[rescue] SGI, Origin 200, and speed?

Dave McGuire mcguire at neurotica.com
Fri Apr 30 13:41:22 CDT 2004

On Apr 30, 2004, at 11:00 AM, Charles Shannon Hendrix wrote:
>>> At NASA, Craylink was a bottleneck and the SGI rep said there would
>>> be a replacement at some point.
>>   A bottleneck...?  As I understand it, it's a direct port off of one
>> of the crossbar switches.  It runs at memory speed.  How was it a
>> bottleneck?
> It is always faster to access memory that is physically on the local
> node.  Irix tries to make sure that threads are very close to their
> memory addresses.  It isn't perfect.  It is also harder to make this
> happen with a single-threaded application than a parallel application.
> The performance papers from SGI say to keep memory access local 
> whenever
> possible and this is true of most any network memory interconnect
> system.
> The Origin will function as a big SMP box, but that isn't the best way
> to use it.  The SGI code performance papers say to minimize Craylink
> traffic and give guidelines on how to optimize.  You also have library
> routines like dplace() which let's you bind memory accesses to the same
> node the thread runs on, etc.
> NASA insisted on code not being changed to make it optimized for SGI,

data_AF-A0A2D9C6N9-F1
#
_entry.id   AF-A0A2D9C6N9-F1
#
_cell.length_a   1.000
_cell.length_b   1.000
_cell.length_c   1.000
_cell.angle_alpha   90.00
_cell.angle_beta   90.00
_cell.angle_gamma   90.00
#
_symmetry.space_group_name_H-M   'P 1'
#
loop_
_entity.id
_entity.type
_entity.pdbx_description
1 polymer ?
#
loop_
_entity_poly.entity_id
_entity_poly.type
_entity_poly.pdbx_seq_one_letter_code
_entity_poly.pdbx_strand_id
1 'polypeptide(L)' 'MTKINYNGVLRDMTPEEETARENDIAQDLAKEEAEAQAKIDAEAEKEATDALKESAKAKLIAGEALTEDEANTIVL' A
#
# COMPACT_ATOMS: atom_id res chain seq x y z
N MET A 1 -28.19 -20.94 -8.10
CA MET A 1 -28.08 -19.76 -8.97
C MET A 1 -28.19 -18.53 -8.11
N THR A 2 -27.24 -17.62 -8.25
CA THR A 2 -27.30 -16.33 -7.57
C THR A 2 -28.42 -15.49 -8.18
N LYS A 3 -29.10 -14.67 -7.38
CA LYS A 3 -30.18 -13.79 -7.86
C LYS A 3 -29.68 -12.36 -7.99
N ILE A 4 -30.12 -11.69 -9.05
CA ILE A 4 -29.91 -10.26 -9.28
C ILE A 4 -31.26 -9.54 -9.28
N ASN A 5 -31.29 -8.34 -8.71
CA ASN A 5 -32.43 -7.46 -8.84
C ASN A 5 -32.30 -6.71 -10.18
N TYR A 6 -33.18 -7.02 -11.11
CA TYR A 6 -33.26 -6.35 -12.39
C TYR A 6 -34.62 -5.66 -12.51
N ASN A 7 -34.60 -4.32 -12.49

> and SAIC claimed that the application could not be made parallel.  So
> it ran as a big SMP application.  Fragmented memory accesses across the
> cluster are much slower than keeping them local.

   Ahhhhhh yes...this makes sense now that I think about it.  Reading 
through the Origin architecture theoretical documentation, they 
specifically state this as well.  The hardware dynamically moves data 
around from node to node to keep things local, but it doesn't always 
succeed.  Visualizing this, I'd imagine, that it'd be possible for the 
compiler to arrange its output's memory references to help this (or at 
least give the hardware "hints") but I don't know if SGI's compilers do 
this or not.

   Thanks for the explanation.

> Unlike their O2000 pages which lists the memory bandwidth, the O3000
> site only lists the aggregate bandwidth.
> Need more info.
> Man, I'd like to work on one of these.

   An O3000, you mean?  Yeah.


Dave McGuire          "PC users only know two 'solutions'...
Cape Coral, FL          reboot and upgrade."    -Jonathan Patschke

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